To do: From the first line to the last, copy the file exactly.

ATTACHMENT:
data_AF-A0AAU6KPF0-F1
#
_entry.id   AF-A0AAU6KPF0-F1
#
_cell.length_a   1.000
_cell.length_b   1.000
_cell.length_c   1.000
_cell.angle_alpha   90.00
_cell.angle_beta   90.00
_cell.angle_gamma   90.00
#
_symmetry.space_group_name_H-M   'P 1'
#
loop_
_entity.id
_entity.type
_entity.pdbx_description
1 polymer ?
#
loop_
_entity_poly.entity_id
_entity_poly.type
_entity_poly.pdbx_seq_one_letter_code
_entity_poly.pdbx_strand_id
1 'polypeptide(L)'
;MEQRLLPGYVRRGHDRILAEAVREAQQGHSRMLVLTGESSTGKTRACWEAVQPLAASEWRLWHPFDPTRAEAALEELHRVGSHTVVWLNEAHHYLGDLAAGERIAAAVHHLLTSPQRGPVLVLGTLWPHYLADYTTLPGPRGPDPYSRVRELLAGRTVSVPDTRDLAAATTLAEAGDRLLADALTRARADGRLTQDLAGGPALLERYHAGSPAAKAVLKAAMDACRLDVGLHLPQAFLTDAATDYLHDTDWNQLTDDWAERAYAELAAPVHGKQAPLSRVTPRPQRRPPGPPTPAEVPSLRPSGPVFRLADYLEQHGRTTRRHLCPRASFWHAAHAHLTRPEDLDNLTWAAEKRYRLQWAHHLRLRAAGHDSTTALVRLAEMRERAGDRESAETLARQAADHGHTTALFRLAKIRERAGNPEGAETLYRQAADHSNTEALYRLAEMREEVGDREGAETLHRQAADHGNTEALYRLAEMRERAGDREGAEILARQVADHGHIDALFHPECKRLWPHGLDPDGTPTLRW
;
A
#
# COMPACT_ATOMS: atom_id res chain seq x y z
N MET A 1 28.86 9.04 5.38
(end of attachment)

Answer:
data_AF-A0AAU6KPF0-F1
#
_entry.id   AF-A0AAU6KPF0-F1
#
_cell.length_a   1.000
_cell.length_b   1.000
_cell.length_c   1.000
_cell.angle_alpha   90.00
_cell.angle_beta   90.00
_cell.angle_gamma   90.00
#
_symmetry.space_group_name_H-M   'P 1'
#
loop_
_entity.id
_entity.type
_entity.pdbx_description
1 polymer ?
#
loop_
_entity_poly.entity_id
_entity_poly.type
_entity_poly.pdbx_seq_one_letter_code
_entity_poly.pdbx_strand_id
1 'polypeptide(L)'
;MEQRLLPGYVRRGHDRILAEAVREAQQGHSRMLVLTGESSTGKTRACWEAVQPLAASEWRLWHPFDPTRAEAALEELHRVGSHTVVWLNEAHHYLGDLAAGERIAAAVHHLLTSPQRGPVLVLGTLWPHYLADYTTLPGPRGPDPYSRVRELLAGRTVSVPDTRDLAAATTLAEAGDRLLADALTRARADGRLTQDLAGGPALLERYHAGSPAAKAVLKAAMDACRLDVGLHLPQAFLTDAATDYLHDTDWNQLTDDWAERAYAELAAPVHGKQAPLSRVTPRPQRRPPGPPTPAEVPSLRPSGPVFRLADYLEQHGRTTRRHLCPRASFWHAAHAHLTRPEDLDNLTWAAEKRYRLQWAHHLRLRAAGHDSTTALVRLAEMRERAGDRESAETLARQAADHGHTTALFRLAKIRERAGNPEGAETLYRQAADHSNTEALYRLAEMREEVGDREGAETLHRQAADHGNTEALYRLAEMRERAGDREGAEILARQVADHGHIDALFHPECKRLWPHGLDPDGTPTLRW
;
A
#
# COMPACT_ATOMS: atom_id res chain seq x y z
N MET A 1 28.86 9.04 5.38